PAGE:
Is It OK to Lie to Do Good?

Is It OK to Lie to Do Good? July 27, 2015
Help Me Out Here...
Help Me Out Here…

As I predicted, the public relations machine at Planned Parenthood are now portraying themselves as being “harassed” by “a concerted smear campaign orchestrated by the most extreme elements of the anti-choice activists.”

They object to the fact that the David Dalieden and the Center for Medical Progress spent years allegedly putting together a fake company, falsifying documents and lying about who they really were.

It’s easy enough to pick up that hand grenade and lob it back. Planned Parenthood was founded by the racist, eugenicist Margaret Sanger. They’re in the abortion industry, but present themselves as being all about “women’s health care”. The present themselves as a non profit, but are dealing in billions of dollars of government funding, charging for their services and paying their directors whopping salaries.

But we’ll leave that stone throwing on one side.

What about the essential question, “Is it okay to lie for a good purpose?”

In other words, “Is it okay to do wrong for a good motive?”

The strict answer is “No. If an action is wrong it is always wrong and nothing can make it right.”

This is the first principle of Catholic moral theology–that an action is objectively right or wrong and that can’t be changed according to circumstances or intention.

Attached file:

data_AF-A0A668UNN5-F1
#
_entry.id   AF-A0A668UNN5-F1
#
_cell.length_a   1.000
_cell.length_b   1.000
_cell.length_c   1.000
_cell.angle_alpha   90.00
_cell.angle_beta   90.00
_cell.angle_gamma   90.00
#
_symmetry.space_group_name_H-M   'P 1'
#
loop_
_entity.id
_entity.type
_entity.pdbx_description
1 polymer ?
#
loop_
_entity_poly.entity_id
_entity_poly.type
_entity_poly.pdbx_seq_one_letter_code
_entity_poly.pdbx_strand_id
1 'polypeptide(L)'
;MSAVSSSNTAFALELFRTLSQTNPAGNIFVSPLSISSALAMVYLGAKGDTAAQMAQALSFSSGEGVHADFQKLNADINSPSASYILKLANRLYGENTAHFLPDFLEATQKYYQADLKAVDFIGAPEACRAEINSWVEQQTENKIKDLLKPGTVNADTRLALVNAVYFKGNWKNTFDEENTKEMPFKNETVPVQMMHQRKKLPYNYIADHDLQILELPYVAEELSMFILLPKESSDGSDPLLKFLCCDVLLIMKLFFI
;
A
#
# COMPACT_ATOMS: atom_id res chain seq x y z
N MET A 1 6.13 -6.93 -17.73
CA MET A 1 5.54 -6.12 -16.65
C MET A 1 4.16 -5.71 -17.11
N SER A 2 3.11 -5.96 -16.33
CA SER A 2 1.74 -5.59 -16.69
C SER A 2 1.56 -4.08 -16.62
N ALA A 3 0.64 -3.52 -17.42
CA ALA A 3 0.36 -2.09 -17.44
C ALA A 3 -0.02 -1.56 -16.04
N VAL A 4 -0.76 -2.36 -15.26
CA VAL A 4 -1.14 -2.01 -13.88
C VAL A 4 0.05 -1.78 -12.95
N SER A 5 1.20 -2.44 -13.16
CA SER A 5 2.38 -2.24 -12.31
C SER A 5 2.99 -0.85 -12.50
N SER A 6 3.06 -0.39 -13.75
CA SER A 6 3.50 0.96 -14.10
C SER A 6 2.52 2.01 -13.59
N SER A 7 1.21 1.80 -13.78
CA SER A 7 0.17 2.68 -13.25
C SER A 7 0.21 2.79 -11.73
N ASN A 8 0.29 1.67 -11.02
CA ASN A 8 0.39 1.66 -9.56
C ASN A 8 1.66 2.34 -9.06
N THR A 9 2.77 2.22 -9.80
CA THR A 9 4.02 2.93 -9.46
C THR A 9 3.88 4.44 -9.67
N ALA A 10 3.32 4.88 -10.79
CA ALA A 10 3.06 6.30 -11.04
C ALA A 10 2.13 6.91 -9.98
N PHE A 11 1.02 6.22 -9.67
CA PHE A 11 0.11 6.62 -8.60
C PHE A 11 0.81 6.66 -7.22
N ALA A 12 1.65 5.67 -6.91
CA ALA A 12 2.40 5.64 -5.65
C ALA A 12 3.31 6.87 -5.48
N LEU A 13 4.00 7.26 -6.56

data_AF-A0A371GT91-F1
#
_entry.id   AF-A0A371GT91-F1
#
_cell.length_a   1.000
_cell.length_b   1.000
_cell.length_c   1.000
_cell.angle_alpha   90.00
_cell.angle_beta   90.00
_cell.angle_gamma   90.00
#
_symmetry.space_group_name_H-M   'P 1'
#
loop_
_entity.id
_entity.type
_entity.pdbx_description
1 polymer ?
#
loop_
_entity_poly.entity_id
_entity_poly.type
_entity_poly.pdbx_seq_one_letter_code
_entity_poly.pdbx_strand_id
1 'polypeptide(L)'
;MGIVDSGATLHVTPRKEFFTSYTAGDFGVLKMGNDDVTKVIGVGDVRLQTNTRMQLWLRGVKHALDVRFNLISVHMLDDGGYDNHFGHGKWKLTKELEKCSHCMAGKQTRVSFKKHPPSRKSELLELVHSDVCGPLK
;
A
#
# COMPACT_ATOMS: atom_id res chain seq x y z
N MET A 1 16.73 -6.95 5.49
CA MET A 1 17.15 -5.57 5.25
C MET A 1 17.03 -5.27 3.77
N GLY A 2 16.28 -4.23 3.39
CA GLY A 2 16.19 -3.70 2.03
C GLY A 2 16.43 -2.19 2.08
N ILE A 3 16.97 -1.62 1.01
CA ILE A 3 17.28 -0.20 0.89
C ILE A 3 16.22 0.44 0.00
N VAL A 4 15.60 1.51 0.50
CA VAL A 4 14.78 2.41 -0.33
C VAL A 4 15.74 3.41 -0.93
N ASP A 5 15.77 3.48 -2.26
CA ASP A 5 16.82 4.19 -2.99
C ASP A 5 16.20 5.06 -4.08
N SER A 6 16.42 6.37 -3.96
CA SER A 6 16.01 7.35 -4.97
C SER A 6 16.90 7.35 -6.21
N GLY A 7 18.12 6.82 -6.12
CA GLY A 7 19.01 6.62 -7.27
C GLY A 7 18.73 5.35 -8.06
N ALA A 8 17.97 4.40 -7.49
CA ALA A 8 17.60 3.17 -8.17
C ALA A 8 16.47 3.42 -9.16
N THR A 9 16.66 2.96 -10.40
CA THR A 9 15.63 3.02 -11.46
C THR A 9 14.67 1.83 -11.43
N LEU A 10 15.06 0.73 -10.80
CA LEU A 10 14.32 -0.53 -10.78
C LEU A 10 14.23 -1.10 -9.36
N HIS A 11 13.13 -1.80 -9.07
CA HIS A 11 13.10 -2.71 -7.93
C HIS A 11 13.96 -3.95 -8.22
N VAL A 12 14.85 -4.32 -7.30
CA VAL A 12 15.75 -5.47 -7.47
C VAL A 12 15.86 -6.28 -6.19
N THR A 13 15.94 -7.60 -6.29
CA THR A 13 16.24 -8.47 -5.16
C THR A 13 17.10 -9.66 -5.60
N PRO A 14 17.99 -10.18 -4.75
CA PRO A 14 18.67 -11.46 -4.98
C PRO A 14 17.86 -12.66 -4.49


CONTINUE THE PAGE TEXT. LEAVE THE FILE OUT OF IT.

However, while the “rightness or wrongness” of any action can’t be changed because of circumstance or intention, the culpability of the person doing the action can be increased or lessened.

Let’s say, for example, that Gertrude has just come to church in a hideous new hat and she asks you, “Do you like my new hat?”

You know that Gertrude suffers from poor self esteem, and you with to be kind and good. Your intention is therefore nothing but positive. Furthermore, the circumstances are such that you know she was just insulted last week by another person on account of her poor taste in hats.

You could prevaricate and say something sneaky like, “My goodness Gertie! What an amazing hat!” or “Only you could wear that hat Gertie!”

Or you could tell a fib and say, “I love the new hat Gertie! It’s beautiful!” Continue Reading

 


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